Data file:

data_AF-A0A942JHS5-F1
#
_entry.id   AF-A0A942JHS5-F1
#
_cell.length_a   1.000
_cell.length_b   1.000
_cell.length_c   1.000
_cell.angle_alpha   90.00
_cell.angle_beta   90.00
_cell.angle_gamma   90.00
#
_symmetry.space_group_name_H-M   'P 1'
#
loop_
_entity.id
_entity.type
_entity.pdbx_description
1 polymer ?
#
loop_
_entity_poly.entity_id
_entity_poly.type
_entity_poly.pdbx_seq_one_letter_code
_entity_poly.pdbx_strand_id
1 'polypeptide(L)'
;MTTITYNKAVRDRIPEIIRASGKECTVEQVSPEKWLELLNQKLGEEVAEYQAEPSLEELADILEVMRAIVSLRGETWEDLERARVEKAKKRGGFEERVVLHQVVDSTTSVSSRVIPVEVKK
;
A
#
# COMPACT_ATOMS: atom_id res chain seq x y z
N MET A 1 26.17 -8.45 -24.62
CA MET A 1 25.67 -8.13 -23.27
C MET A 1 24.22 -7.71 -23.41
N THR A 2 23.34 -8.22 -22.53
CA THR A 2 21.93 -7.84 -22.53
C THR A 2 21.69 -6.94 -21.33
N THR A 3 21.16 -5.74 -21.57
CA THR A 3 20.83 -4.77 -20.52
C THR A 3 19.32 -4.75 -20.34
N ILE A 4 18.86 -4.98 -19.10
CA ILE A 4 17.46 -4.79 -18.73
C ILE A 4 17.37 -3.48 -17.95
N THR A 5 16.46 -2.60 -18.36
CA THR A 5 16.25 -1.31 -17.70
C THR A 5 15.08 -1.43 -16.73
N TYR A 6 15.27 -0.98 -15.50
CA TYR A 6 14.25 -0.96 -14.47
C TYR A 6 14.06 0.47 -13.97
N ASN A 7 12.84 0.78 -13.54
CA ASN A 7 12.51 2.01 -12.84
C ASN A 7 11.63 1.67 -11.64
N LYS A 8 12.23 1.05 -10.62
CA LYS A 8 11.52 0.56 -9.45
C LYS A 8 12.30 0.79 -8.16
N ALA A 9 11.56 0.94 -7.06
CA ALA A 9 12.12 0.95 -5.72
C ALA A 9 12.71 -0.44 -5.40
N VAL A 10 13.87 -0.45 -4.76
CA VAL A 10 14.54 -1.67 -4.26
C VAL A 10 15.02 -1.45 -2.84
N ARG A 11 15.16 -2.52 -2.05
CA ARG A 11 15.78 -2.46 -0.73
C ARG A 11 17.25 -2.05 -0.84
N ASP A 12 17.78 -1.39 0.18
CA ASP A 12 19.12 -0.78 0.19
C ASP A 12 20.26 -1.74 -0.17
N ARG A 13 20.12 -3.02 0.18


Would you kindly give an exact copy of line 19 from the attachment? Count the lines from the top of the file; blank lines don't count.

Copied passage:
#